Inthis essay I will be critically analysing famed philosopher economist, politicaltheorist and revolutionary socialist Karl Marx and his main theoreticaltradition, his critique of political economy.
Firstly I will be introducingKarl Marx providing background to him and his tradition of the critique ofpolitical economy, than I will contextualise the research of Karl Marx andanalyse his ideas and how they contribute to a grand narrative. Finally, I willdraw a conclusion by summarising the significance of this tradition. Sonof a successful Jewish lawyer, Karl Heinrich Marx was born on the 5thof May 1818 in the city of Trier located in western German. As a young man KarlMarx studied law in Bonn and in Germany’s capital Berlin, he graduated with adegree in philosophy from the University of Jena. In the year 1843 Karl Marxmoved to Paris which at the time was a breeding ground for extreme and radicalpolitical view and theories, in Paris Marx became a revolutionary communist andmet German philosopher and social scientist Friedrich Engels who became notonly his friend but his lifelong collaborator as they co-authored ‘The Communist Manifesto’ in1848. Towards the end of his life Marx moved to London and produced his mostfamous and important piece of work ‘Das Kapital’ which is still being read tothis day and remains relevant, Karl Marx passed away in 1881 in London and Isstill one of the most famous critical minds in history even being called “the first great user of critical method in socialsciences” (Calhoun 2002 pg.120.
123).WhenMarx published his first serious economic work ‘Capital: A Critique ofPolitical Economy’ he expanded on the labour theory of value which wasadvocated by British political economist, his work was very enthusiasticallyreceived as the first edition sold out in quick fashion (Fedoseyev 1973 pg.318). From thesuccess of his first edition, this encouraged Karl Marx to complete ‘DasKapital’ and his Theory of Surplus Value where he discussed and criticisedother theorist of political economy, mostly Adam Smith and David Ricardo.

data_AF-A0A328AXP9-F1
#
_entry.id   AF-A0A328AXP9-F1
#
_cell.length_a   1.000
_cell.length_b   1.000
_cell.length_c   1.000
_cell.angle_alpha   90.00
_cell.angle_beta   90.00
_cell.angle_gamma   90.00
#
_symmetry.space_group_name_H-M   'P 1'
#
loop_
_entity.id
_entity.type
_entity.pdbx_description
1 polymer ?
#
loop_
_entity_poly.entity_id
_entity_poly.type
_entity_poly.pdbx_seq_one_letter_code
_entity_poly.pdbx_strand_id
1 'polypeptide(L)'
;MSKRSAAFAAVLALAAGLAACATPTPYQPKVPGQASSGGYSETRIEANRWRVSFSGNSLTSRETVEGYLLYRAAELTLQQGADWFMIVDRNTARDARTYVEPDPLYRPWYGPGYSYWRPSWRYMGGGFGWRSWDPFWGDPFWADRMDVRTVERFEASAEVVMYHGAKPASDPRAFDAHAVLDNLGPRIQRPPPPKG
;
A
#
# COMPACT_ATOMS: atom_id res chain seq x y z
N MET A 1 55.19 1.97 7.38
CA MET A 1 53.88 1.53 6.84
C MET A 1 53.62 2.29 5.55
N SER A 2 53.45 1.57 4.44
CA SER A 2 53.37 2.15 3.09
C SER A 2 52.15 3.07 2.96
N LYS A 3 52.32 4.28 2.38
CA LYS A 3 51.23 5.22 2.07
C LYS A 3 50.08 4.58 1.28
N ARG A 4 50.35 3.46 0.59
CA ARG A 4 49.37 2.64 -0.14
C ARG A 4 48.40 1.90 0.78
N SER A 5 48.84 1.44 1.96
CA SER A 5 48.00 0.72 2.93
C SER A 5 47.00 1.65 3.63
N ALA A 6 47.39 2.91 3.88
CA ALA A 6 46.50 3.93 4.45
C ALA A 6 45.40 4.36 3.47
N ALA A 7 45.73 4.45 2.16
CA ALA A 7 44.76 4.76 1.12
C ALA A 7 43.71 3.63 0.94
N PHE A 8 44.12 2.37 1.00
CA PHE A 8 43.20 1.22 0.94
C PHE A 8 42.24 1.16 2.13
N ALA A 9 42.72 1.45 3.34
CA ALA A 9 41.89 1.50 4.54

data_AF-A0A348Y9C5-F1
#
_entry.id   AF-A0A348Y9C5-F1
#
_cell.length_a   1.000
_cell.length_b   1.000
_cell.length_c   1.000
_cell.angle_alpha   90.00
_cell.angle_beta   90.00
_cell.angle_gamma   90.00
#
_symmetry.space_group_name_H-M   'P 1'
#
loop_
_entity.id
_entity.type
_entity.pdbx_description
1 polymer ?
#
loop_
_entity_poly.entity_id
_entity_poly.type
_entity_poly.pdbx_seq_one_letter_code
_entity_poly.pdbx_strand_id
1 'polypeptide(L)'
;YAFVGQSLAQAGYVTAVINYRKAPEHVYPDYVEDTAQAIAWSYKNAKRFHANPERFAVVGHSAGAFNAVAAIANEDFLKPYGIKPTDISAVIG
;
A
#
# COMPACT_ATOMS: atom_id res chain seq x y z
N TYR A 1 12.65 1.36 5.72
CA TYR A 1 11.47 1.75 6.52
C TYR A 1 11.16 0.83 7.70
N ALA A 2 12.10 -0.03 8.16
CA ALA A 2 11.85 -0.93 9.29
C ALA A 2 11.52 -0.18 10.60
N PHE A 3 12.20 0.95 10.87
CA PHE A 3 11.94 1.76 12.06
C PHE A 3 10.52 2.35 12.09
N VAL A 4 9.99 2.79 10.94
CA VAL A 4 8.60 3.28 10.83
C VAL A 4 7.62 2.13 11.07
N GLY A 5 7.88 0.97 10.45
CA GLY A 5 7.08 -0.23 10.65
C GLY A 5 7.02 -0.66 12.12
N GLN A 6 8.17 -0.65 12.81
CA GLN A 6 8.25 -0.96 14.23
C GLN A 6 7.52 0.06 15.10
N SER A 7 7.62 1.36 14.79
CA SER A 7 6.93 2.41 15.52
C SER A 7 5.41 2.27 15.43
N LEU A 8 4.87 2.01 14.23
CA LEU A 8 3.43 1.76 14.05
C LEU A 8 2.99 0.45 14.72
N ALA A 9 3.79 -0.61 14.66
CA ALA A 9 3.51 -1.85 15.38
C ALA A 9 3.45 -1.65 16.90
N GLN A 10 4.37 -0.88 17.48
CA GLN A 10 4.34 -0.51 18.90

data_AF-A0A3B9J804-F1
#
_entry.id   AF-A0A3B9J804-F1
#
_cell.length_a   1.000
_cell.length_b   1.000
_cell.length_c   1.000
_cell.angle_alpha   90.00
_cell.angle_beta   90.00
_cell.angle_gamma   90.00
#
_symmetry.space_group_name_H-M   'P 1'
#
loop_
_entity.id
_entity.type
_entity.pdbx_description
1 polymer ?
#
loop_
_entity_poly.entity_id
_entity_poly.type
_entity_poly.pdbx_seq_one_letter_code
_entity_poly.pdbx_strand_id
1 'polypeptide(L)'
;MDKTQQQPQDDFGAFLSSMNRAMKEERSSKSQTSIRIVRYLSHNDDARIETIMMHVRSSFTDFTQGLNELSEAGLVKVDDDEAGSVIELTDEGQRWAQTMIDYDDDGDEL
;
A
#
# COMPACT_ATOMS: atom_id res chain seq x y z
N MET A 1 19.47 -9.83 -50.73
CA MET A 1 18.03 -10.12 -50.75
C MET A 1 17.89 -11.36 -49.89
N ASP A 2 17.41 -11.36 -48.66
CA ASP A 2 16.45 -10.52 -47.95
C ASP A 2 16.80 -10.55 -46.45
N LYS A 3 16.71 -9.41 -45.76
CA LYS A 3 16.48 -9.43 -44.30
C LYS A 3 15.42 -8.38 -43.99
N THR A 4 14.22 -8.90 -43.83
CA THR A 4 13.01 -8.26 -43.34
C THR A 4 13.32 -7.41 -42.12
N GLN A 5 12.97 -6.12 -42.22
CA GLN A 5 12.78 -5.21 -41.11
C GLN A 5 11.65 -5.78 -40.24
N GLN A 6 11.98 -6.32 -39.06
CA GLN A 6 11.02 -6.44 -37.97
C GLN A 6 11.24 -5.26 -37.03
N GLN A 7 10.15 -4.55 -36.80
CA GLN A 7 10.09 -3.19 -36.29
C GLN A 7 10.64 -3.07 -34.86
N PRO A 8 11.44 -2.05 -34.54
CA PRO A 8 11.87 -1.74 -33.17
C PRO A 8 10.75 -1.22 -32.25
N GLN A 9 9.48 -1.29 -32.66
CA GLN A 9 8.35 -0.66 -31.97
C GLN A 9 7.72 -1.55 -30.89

Marx’s book ‘Theories of Surplus Value’ is arguably thought of and referred toas one of the first clear examples of the history of economic thought (Rockmore2002 pg.128).KarlMarx like any other political theorist or author has an agenda which influencestheir main ideas and ultimately changes their work, Karl Marx’s main ideas wererelative to the social and economic issues of his time which includes the ideathat class struggle is the engine of history, he states this by stating ‘Thehistory of all hitherto existing society is the history of class struggles’ (Marx,Engels 2009). Marx’s quite cynical idea that class struggle is what driveshistory may be a product of his environment as although he was born into acomfortable middle class family he was still born in a time period which wasEurope in the 19th century which had extremely unideal working andliving standards for most people, he even saw the Spring of Nations in 1848which until today remains the most widespread revolution in the history ofEurope. These factors must have given him a very negative outlook on the humancondition, it could be argued that this cynical outlook on society and lifeduring this period is a trend seen throughout his life’s work as the livingconditions of the times he was living in was nowhere near the high levels it istoday.Inaddition to the concept of class struggle, Marx also had other main ideas sucha his view of history which is commonly known as historical materialism, Marxwanted to rewrite the idea of history to form around a materialist ideology, unlikeHegel (a famous German Philosopher) who thought the human spirit was thedriving force behind history, Marx however believed that material possession isthe driving force of history and that the material world hides us from reality,Marx also believed that the struggle to make end meet is what determines eachof our reality. This is another example of a cynical view Marx presents whichseems to fall into the grand narrative of negativity and cynicism, even thetype of language he uses in most of his work is in a gothic style, an exampleof this is in his book ‘Das Kapital’ where he states how capital is the ‘necromancy thatsurrounds the products of labour” (Marx 1867).Marx had very strongpersonal feelings and concepts about labour, Marx felt that social change wasonly obtained through opposing ideas which were being propelled throughbackground economic forces and that the accumulation of capital is what reallyshapes the social system (Clark 1998 pg.